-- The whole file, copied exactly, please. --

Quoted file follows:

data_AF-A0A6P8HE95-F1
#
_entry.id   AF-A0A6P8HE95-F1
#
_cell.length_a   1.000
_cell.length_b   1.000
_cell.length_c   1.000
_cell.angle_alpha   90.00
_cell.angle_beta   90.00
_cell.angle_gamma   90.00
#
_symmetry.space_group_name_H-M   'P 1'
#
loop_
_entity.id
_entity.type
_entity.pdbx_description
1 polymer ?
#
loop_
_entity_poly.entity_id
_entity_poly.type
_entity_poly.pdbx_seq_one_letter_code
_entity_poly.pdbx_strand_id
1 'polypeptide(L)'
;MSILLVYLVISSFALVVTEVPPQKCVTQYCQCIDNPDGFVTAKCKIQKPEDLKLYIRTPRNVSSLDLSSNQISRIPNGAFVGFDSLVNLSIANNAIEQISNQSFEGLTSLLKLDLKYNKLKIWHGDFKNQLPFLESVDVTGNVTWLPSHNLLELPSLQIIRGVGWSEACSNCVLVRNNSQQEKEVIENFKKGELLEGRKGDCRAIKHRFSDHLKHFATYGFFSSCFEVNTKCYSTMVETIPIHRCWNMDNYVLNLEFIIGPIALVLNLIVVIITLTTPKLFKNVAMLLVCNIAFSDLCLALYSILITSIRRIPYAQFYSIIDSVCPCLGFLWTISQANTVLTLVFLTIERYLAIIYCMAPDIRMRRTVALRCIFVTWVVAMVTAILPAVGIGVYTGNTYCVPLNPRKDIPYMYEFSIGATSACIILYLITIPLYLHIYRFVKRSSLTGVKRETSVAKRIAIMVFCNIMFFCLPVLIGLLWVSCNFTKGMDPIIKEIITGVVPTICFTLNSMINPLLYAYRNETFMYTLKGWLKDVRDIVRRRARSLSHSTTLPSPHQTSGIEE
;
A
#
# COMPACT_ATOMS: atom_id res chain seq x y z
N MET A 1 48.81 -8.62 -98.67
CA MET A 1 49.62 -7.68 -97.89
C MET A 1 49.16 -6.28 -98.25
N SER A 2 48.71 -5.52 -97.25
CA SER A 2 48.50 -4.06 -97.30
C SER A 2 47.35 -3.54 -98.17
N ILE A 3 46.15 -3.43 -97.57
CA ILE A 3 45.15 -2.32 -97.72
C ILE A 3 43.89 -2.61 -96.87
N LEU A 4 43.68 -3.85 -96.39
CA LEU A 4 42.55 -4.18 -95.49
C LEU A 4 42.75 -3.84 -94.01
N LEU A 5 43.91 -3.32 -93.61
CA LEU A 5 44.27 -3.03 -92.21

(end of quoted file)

data_AF-A0A6P8HE95-F1
#
_entry.id   AF-A0A6P8HE95-F1
#
_cell.length_a   1.000
_cell.length_b   1.000
_cell.length_c   1.000
_cell.angle_alpha   90.00
_cell.angle_beta   90.00
_cell.angle_gamma   90.00
#
_symmetry.space_group_name_H-M   'P 1'
#
loop_
_entity.id
_entity.type
_entity.pdbx_description
1 polymer ?
#
loop_
_entity_poly.entity_id
_entity_poly.type
_entity_poly.pdbx_seq_one_letter_code
_entity_poly.pdbx_strand_id
1 'polypeptide(L)'
;MSILLVYLVISSFALVVTEVPPQKCVTQYCQCIDNPDGFVTAKCKIQKPEDLKLYIRTPRNVSSLDLSSNQISRIPNGAFVGFDSLVNLSIANNAIEQISNQSFEGLTSLLKLDLKYNKLKIWHGDFKNQLPFLESVDVTGNVTWLPSHNLLELPSLQIIRGVGWSEACSNCVLVRNNSQQEKEVIENFKKGELLEGRKGDCRAIKHRFSDHLKHFATYGFFSSCFEVNTKCYSTMVETIPIHRCWNMDNYVLNLEFIIGPIALVLNLIVVIITLTTPKLFKNVAMLLVCNIAFSDLCLALYSILITSIRRIPYAQFYSIIDSVCPCLGFLWTISQANTVLTLVFLTIERYLAIIYCMAPDIRMRRTVALRCIFVTWVVAMVTAILPAVGIGVYTGNTYCVPLNPRKDIPYMYEFSIGATSACIILYLITIPLYLHIYRFVKRSSLTGVKRETSVAKRIAIMVFCNIMFFCLPVLIGLLWVSCNFTKGMDPIIKEIITGVVPTICFTLNSMINPLLYAYRNETFMYTLKGWLKDVRDIVRRRARSLSHSTTLPSPHQTSGIEE
;
A
#
# COMPACT_ATOMS: atom_id res chain seq x y z
N MET A 1 48.81 -8.62 -98.67
CA MET A 1 49.62 -7.68 -97.89
C MET A 1 49.16 -6.28 -98.25
N SER A 2 48.71 -5.52 -97.25
CA SER A 2 48.50 -4.06 -97.30
C SER A 2 47.35 -3.54 -98.17
N ILE A 3 46.15 -3.43 -97.57
CA ILE A 3 45.15 -2.32 -97.72
C ILE A 3 43.89 -2.61 -96.87
N LEU A 4 43.68 -3.85 -96.39
CA LEU A 4 42.55 -4.18 -95.49
C LEU A 4 42.75 -3.84 -94.01
N LEU A 5 43.91 -3.32 -93.61
CA LEU A 5 44.27 -3.03 -92.21